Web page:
How to Calculate the Intrinsic Value of a Stock

how to calculate the intrinsic value of a stock

How much are stocks worth? You could just stick with the stock’s present price. But the market’s whims can affect that price. Finding the intrinsic value of the stock is an additional option. A stock’s genuine value is determined by its intrinsic value. It refers to the true value of a stock (or any asset, for that matter), regardless of whether some investors believe it to be worth significantly more or less.

You might believe that determining intrinsic worth would be challenging. But that’s not the case. You can utilise a stock’s intrinsic value to not only find out how much it is worth, but also to find the greatest deals available. It is helpful to understand an investment’s intrinsic worth, particularly if you’re a value investor looking to purchase stocks or other investments at a discount.

Intrinsic value of stocks

How straightforward is it to determine a stock’s intrinsic value? It Depends on the method you employ. Yes, there are a few different options to choose from. We’ll examine three of the most often used methods.

Discounted cash flow analysis

According to some economists, discounted cash flow (DCF) analysis is the most accurate method for determining a stock’s intrinsic value. You must carry out a DCF analysis in three steps:

  1. All future cash flows for a company should be estimated.
  2. The present value of each of these upcoming cash flows should be determined.
  3. To get the intrinsic value of the stock, add all the present values.

The hardest step is by far the first one. The abilities of Warren Buffett and Nostradamus must be combined in order to predict a company’s future cash flows. Most likely, you’ll have to examine the company’s financial accounts (unsurprisingly, previous cash flow statements would be a good place to start). To predict how cash flows might alter in the future, you’ll also need to have a solid understanding of the company’s growth possibilities.

The method for determining an intrinsic value using discounted cash flow analysis is as follows:

Intrinsic value = (CF1)/(1 + r)^1 + (CF2)/(1 + r)^2 + (CF3)/(1 + r)^3 + … + (CFn)/(1 + r)^n


  • CF1 is cash flow in year 1, CF2 is cash flow in year 2, etc.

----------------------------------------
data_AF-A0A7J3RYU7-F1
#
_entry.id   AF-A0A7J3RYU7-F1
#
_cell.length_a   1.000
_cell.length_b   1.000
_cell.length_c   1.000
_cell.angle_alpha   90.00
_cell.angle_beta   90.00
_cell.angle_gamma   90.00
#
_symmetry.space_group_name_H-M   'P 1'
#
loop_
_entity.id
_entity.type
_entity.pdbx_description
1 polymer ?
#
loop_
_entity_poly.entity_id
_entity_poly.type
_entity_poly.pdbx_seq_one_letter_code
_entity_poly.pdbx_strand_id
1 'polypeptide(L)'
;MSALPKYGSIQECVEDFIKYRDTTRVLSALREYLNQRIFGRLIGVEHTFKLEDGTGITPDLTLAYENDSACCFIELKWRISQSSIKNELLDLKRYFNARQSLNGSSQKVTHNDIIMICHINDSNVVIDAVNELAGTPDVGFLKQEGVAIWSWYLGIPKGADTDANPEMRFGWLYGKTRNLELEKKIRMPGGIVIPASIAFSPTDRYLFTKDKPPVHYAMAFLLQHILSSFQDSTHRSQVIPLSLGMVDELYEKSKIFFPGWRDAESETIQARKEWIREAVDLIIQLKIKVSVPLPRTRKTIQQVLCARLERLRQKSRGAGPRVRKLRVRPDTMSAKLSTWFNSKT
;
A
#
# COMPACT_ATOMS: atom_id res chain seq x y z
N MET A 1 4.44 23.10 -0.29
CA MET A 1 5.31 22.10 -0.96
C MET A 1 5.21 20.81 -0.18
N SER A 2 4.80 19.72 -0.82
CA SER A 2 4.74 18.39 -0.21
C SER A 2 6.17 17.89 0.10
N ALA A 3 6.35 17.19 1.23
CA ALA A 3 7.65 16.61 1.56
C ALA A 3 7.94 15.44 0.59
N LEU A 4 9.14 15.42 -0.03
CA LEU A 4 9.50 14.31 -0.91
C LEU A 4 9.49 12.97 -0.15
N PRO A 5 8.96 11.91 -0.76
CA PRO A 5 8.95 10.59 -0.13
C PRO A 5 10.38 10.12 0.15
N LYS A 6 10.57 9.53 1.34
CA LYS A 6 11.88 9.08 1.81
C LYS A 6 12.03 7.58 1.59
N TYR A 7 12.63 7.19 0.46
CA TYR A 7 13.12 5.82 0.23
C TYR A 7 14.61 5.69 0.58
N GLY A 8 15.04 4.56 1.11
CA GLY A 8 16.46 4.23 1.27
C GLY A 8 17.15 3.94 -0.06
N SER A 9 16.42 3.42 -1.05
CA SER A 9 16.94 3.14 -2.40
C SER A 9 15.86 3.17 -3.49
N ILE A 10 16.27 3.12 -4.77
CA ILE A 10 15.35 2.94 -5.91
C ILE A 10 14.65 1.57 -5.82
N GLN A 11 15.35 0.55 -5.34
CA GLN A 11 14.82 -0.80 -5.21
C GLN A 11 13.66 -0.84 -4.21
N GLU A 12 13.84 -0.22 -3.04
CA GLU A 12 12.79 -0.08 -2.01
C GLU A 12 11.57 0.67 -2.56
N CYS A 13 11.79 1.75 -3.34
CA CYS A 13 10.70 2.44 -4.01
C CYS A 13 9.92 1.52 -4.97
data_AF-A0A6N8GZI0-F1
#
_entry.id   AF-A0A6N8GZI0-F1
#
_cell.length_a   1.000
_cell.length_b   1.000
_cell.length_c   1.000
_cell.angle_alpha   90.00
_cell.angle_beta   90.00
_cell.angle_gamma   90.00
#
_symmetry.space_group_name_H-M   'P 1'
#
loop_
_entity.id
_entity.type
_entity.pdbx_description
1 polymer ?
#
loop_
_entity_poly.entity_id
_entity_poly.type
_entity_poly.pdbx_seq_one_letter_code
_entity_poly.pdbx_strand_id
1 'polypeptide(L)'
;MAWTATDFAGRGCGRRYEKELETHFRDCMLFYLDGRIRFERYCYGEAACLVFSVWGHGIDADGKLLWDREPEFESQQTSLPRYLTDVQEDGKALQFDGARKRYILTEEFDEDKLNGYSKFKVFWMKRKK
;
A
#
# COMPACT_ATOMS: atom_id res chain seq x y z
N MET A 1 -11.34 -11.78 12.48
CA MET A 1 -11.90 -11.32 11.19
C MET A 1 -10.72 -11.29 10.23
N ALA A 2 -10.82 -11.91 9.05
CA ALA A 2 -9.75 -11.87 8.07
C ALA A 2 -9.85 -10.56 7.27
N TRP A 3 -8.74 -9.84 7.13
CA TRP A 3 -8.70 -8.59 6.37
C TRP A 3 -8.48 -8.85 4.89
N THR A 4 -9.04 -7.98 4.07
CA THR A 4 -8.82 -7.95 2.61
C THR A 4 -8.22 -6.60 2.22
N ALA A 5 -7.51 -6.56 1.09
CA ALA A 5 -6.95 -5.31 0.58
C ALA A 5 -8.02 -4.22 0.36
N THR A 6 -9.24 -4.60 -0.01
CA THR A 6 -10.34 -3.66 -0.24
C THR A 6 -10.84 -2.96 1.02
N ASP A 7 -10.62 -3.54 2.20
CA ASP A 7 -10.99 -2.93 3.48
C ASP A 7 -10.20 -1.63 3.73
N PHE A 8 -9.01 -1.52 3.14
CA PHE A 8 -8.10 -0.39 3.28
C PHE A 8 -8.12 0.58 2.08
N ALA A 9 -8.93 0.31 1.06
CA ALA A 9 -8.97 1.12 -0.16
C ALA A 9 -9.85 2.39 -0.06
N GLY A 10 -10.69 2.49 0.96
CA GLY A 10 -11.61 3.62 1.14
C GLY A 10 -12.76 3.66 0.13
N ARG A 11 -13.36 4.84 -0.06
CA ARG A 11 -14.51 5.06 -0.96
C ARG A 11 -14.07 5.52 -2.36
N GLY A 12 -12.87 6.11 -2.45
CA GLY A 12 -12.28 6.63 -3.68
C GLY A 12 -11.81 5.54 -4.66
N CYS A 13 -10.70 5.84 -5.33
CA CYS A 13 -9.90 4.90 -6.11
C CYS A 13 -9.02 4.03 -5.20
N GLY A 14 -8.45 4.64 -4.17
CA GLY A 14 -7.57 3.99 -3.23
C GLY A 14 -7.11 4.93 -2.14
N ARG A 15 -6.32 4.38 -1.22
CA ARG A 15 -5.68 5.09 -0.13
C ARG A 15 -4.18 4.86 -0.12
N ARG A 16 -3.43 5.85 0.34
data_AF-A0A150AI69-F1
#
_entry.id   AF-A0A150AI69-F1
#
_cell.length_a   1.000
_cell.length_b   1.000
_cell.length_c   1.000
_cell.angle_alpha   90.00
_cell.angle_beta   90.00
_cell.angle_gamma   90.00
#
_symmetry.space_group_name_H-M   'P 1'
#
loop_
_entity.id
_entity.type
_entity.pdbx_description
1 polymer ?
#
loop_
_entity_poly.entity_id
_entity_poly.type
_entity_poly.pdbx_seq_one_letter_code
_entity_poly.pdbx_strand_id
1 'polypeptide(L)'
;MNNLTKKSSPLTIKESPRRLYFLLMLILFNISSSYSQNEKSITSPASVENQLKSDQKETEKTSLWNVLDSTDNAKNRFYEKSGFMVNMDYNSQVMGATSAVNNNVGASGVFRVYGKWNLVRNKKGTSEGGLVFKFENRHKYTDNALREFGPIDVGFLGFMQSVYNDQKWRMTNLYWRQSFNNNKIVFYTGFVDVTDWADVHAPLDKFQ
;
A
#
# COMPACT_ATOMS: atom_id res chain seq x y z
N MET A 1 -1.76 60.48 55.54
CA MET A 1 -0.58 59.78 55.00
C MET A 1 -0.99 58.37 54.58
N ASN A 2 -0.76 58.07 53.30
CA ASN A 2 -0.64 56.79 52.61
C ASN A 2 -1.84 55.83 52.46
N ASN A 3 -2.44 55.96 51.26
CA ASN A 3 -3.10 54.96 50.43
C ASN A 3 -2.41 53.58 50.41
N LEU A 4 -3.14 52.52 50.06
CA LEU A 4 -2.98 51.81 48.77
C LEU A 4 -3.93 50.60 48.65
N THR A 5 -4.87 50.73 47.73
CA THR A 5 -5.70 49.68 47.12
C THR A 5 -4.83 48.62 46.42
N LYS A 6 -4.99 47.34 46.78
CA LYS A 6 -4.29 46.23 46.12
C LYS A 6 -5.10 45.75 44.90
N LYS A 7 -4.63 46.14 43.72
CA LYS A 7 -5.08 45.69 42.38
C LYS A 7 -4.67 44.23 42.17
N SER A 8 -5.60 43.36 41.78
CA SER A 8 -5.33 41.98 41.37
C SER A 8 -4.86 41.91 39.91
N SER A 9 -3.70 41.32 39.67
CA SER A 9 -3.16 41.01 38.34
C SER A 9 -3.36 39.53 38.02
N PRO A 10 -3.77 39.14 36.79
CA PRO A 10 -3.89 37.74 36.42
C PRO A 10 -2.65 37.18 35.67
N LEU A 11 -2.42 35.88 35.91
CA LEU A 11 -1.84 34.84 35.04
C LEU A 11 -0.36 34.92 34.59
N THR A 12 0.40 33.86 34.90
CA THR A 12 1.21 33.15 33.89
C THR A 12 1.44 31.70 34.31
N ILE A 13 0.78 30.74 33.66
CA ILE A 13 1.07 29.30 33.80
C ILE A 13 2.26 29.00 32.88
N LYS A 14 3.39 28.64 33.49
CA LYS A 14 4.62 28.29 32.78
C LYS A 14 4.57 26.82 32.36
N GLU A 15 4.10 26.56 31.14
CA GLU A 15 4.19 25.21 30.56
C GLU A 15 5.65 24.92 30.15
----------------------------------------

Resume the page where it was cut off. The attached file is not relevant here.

• r is the rate of return you could get by investing money elsewhere

Imagine you wish to conduct a discounted cash flow analysis on the stock of a company called RoboBasketball, which manufactures a remote-controlled drone that resembles a basketball (ticker:DUNK). You examine the company’s most recent cash flow statement and discover that it earned $100 million in cash flow in the previous 12 months. You predict that RoboBasketball’s cash flow will increase by 5% annually based on the company’s growth potential. The intrinsic value of RoboBasketball at a rate of return of 4% would be somewhat more than $2.8 billion based on discounted cash flows projected out over a 25-year period.

Analysis based on a financial metric

Using a financial statistic like the price-to-earnings (P/E) ratio is a quick and simple approach to calculate a stock’s intrinsic value. The formula for this strategy using a stock’s P/E ratio is as follows:

Intrinsic value = Earnings per share (EPS) x (1 + r) x P/E ratio

where r = the expected earnings growth rate

Let’s assume that over the previous 12 months, RoboBasketball produced earnings per share of $3.30. Assume that during the following five years, the company will be able to increase its earnings by about 12.5%. The stock currently has a P/E multiple of 35.5. Let’s assume this number will increase. Using these numbers, the intrinsic value of RoboBasketball is:

($3.30 per share) x (1 + 0.125) x 35.5 = $131.79 per share

Asset-based valuation

Using an asset-based valuation is the simplest method for determining a stock’s intrinsic value. This calculation’s formula is easy to understand:

Intrinsic value = (Sum of a company’s assets, both tangible and intangible) – (Sum of a company’s liabilities)

What inherent value does this method bring to RoboBasketball? Assume the corporation had $500 million in assets. $200 million was the sum of its obligations. The intrinsic value of the stock would be $300 million after deducting the liabilities from the assets.

However, there is a drawback to asset-based valuation: It ignores a company’s potential for future growth. When compared to the other methods, asset-based valuation can frequently produce substantially lower intrinsic values.

To show How To Calculate The Intrinsic Value Of a Stock readers how being aware of a Stock's intrinsic value can be applied.

Calculating the intrinsic value of options

There is a foolproof method for determining the intrinsic value of stock options that doesn’t involve any speculation. The equation you must use is as follows:

Intrinsic value = (Stock price-option strike price) x (Number of options)

Consider a stock that sells for $35 per share. You have four call options that give you the right to purchase 100 shares for $30 each. What is the inherent worth of your choices? It’s easy to calculate:

($35 – $30) x (400) = $2,000

Options with a strike price higher than the current share price and not “in the money” have no inherent value and are only traded for temporal value (i.e., the potential that the stock price could increase and drive the option price higher).

Why calculating intrinsic value is useful

Finding stocks that are trading for less than their intrinsic value is the aim of value investing. The intrinsic value of a stock can be determined using a variety of approaches, and two investors may have completely different (but equally legitimate) views on it. The goal is to purchase a stock for less than it is worth, and determining intrinsic value can assist you in doing just that.

How to Calculate the Intrinsic Value of a Stock Conclusion

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